Govt co-design 'not an equal partnership': Aboriginal health CEO

By David Donaldson

June 5, 2017

Victoria’s peak Aboriginal health body was recently given two days to respond to a draft family violence plan “the size of a PhD”, its CEO says. It’s another example of governments just not getting how to work with Aboriginal communities.

Co-design with community groups cannot work if government asks for input after the big decisions have already been made or rush consultation, warns the head of Victoria’s peak body for the Aboriginal community health system.

“It’s not an equal partnership. We’re at their whim, and we’ve got to run to their agenda,” Victorian Aboriginal Community Controlled Health Organisation CEO Jill Gallagher said last week in a speech at the University of Melbourne.

A particularly vivid example of this is engagement on the establishment of family violence hubs around the state. Gallagher, who is on the family violence industry taskforce, said she was handed a draft plan already outlining the main priorities on Monday, and asked to provide a written response by Wednesday. “A report the size of a PhD,” she added.

“So when they say ‘we want to co-design with you guys’, always ask them what their version of co-designing is,” she told the audience. “Without systematic change in mainstream attitudes and practices, and incorporation of Aboriginal peoples in all stages of policy design, health policies will remain unproductive.”

While Gallagher says she understands the challenges of trying to co-design with a community, government needed to make a more concerted effort to do it properly.

“It doesn’t give us due respect of being part of the beginning right through to the evaluation.”

Culture is strength

Aboriginal culture is often seen in the wider Australian population as a barrier to health, implying that assimilation is the only way forward, Gallagher said.

She rejects this idea. “Cultural differences need to be celebrated and preserved. They are a source of strength and resilience for our peoples, which offer protective factors against traumatic life events.”

Cultural safety and trust can have a big impact on engagement with institutions. She points to the fact that around the country, Aboriginal people are discharged against medical advice or at their own risk at eight times the rate of the rest of the population. This has obvious flow on effects for overall wellbeing.

“When we have a culturally safe place for patients and our people, we improve access to services and improve health for individuals, therefore health for families, therefore health for communities.”

Also in The MandarinIndigenous policy evidence, where it exists, over-relies on anecdotal evidence

Creating that environment should not only be up to Aboriginal employees or a good CEO, but come out of an organisation’s systems. This means more than just creating a few identified positions — it’s everyone’s responsibility.

Aboriginal community-controlled organisations treat health not just as a physical problem, but see it as tied in with the social, emotional and cultural wellbeing of the whole community, in which each individual is able to achieve their full potential as a human being. While this has its roots in Aboriginal cultural norms, she says, it also mirrors well-known social determinants of health.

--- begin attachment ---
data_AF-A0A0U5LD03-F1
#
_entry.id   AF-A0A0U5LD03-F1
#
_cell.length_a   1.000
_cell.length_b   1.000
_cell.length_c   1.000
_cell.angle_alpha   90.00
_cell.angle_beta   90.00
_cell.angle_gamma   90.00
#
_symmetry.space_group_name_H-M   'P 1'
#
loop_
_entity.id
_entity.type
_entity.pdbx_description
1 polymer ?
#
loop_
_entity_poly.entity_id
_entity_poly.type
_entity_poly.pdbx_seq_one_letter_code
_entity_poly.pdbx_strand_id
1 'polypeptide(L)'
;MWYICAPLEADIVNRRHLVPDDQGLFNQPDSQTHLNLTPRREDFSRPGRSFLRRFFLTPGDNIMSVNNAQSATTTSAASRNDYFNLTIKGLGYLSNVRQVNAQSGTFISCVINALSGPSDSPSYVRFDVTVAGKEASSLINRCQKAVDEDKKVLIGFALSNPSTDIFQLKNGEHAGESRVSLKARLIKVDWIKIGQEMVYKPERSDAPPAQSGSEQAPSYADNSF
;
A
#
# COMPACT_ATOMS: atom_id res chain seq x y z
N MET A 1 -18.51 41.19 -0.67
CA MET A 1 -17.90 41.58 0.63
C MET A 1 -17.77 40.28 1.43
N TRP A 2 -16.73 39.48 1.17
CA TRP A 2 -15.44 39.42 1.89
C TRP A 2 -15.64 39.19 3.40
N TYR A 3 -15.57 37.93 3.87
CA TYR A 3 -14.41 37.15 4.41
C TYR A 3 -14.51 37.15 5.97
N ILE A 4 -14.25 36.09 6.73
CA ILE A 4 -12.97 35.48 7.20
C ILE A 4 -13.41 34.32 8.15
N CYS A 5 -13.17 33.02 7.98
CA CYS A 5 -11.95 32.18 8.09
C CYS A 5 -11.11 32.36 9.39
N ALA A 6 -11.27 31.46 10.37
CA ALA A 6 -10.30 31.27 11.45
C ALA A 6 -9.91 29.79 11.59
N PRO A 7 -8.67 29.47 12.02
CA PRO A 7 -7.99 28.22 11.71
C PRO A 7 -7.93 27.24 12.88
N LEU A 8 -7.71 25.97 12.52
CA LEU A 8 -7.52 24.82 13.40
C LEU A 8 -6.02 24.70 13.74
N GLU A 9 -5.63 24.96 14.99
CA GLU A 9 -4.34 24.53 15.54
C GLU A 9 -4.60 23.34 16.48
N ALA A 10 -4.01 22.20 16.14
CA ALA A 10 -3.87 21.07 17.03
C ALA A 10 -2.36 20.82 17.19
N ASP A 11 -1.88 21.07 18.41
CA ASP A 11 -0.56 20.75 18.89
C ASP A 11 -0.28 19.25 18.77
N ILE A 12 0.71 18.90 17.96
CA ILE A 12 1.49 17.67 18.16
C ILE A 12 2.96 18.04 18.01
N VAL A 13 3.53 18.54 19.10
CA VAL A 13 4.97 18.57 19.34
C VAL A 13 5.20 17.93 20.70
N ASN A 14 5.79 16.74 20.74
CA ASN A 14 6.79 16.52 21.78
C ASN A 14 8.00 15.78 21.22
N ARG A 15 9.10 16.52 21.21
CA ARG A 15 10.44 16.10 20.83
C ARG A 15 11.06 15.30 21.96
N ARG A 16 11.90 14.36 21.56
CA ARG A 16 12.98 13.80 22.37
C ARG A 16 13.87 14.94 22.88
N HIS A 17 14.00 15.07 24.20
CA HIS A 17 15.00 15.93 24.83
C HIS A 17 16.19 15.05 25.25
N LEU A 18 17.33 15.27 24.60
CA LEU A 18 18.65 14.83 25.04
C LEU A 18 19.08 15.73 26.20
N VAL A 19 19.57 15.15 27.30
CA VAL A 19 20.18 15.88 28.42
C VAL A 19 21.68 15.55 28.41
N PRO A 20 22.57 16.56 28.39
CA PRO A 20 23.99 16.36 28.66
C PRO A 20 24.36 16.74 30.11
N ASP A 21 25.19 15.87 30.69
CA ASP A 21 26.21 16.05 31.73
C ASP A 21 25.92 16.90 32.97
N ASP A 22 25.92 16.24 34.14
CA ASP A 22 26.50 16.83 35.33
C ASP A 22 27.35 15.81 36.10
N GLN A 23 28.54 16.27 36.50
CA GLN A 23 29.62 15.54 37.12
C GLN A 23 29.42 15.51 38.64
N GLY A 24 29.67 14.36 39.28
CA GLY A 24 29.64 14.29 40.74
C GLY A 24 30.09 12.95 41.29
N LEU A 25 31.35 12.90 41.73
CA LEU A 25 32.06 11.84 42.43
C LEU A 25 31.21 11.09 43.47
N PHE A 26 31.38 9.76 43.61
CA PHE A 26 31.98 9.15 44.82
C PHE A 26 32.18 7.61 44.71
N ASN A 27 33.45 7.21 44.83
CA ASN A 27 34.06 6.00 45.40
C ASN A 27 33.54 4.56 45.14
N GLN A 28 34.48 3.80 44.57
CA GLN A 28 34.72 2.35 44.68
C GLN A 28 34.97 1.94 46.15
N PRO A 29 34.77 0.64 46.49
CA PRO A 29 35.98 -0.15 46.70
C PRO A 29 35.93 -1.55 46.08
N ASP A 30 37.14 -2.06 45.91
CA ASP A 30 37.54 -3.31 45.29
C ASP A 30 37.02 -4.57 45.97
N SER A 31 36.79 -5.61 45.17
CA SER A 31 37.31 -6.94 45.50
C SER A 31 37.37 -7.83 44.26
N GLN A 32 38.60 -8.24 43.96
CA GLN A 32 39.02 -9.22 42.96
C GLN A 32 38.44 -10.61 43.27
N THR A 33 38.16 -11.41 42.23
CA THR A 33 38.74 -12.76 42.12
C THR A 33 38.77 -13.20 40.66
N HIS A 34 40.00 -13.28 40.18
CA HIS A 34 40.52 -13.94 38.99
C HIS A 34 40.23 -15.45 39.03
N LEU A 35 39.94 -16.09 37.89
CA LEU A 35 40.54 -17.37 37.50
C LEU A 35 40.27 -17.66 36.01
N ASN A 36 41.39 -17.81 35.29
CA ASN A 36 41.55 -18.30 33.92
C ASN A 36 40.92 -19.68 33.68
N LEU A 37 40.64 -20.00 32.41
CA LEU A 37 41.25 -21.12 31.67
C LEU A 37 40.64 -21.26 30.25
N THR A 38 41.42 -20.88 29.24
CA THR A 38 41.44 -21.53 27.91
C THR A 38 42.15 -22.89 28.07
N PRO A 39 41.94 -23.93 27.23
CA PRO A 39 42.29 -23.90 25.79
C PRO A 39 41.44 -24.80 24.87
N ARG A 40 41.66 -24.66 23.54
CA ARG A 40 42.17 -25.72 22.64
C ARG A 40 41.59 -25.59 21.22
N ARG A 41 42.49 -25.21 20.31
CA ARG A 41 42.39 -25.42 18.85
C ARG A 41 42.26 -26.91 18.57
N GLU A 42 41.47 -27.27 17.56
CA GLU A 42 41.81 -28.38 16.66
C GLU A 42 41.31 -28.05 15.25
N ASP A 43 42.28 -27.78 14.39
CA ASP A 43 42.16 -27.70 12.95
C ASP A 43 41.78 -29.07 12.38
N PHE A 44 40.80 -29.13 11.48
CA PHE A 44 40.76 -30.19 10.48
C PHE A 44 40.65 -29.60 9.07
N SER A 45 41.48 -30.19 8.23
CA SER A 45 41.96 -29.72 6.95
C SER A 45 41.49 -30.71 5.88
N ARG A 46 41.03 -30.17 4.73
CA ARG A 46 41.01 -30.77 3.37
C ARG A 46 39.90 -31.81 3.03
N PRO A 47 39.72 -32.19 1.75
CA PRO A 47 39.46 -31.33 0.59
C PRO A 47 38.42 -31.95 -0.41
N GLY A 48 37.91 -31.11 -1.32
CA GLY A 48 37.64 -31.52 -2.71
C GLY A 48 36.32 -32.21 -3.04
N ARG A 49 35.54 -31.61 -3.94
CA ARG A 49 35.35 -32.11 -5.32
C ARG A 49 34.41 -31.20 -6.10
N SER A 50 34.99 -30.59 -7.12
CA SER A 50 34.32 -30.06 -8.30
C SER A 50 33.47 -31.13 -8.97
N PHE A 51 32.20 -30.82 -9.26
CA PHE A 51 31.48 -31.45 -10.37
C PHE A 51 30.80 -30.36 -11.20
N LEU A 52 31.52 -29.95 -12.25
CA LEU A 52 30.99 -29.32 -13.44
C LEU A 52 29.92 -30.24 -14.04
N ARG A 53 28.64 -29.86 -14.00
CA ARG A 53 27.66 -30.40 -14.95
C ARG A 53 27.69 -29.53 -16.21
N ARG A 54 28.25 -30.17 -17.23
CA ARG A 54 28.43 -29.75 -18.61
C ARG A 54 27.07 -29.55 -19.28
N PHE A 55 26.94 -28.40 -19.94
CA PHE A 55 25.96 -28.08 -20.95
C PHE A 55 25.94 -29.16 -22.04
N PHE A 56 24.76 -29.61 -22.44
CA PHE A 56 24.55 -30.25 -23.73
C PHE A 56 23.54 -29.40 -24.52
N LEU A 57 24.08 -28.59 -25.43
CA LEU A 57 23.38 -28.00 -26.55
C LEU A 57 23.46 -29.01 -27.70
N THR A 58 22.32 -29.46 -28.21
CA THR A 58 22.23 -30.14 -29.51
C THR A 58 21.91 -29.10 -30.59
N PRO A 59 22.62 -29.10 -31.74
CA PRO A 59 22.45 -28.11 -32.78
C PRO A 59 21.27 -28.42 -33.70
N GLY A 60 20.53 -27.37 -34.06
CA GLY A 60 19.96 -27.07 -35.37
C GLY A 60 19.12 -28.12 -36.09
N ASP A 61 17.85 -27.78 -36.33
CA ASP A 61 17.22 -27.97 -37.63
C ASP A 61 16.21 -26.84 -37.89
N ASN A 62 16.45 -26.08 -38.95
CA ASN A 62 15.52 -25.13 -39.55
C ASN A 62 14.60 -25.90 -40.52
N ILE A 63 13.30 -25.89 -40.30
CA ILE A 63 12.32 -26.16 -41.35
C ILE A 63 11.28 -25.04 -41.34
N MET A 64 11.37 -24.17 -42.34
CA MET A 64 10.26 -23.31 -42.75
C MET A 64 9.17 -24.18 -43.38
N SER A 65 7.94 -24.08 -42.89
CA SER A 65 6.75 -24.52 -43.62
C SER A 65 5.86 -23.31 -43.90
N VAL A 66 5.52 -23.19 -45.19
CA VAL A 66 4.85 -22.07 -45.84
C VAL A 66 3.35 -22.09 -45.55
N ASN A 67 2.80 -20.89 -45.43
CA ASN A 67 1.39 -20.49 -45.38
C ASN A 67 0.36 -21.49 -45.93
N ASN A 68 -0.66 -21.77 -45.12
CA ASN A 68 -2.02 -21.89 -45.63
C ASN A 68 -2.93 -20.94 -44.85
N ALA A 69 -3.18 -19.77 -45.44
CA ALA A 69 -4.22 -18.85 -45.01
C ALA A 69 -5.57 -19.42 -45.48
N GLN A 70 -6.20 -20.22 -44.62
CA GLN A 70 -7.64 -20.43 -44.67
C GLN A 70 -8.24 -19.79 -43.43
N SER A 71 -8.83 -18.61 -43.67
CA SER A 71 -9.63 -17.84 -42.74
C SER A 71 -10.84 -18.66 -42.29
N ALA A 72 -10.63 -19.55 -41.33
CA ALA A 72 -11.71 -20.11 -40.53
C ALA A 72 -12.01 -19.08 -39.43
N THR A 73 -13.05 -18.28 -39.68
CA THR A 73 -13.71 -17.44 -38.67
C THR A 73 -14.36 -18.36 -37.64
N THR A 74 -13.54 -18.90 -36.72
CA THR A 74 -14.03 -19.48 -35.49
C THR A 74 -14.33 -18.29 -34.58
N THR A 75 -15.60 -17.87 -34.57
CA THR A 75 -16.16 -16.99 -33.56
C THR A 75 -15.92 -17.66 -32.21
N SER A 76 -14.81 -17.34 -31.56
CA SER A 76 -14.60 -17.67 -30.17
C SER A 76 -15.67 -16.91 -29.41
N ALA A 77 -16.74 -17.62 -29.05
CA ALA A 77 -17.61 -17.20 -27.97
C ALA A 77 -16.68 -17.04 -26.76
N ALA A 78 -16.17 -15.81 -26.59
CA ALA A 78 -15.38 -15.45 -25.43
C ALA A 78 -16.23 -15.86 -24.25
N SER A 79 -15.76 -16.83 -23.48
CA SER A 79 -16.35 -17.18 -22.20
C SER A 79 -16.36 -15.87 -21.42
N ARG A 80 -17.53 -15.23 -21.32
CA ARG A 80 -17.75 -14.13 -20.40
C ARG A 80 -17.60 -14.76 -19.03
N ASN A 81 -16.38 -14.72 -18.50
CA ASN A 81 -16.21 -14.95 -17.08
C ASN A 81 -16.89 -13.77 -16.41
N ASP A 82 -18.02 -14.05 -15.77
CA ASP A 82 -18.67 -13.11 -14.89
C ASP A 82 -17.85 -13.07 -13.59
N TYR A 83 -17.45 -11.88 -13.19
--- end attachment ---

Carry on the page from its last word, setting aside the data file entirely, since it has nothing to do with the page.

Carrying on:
“Possessing a strong sense of cultural identity is also vital for one’s self-esteem. A positive cultural connection not only contributes to better mental health and physical health, but may lessen the consequences of social prejudice against Aboriginal peoples.”

Yet despite plenty of experience to show the importance of culture as a source of resilience, it “remains largely unexplored” as a public health resource, she says.

Funding models that don’t fit

Governments ignoring the role of culture creates other problems, Gallagher explains.

The Commonwealth made a capital investment a few years ago to create a childcare centre and kindergarten in Melbourne’s northern suburbs called Bubup Wilam. Recurrent funding was only given for two years, with the idea that it would become self-sustaining by the end of that short period.

“Bubup Wilam grew and evolved and it’s a beautiful childcare centre and kindergarten for Aboriginal children, where they can learn and express aboriginal culture but also have access to what every other kid has access to.

Despite the success, it’s “struggling to continue that at the moment” and is trying to raise funds in the community, she says, “because it doesn’t just provide a kindergarten like for a mainstream nuclear family.”

“Because a lot of the kids and families that access Bubup Wilam are families that live well under the poverty line, a lot of them are touched by the child protection system. What Bubup Wilam tries to do is work with the children, but also work with the families — the mum or the dad or the caregiver — and that takes a lot of resources.

“So our model there does not fit within the mainstream model of how they fund a nuclear, non-Aboriginal childcare centre. … So that’s an example of how the differences and different needs and funding formulas don’t fit what we need to achieve.”

This comes back to the co-design problem: governments aren’t paying enough attention to what the community says, and end up designing the system to fit what they think the community needs, which is different to what it really needs.

“It’s about involving us from the word go,” says Gallagher.

“What Fitzroy might need is different to what Fitzroy Crossing might need.”

About the author
Inline Feedbacks
View all comments

The essential resource for effective
public sector professionals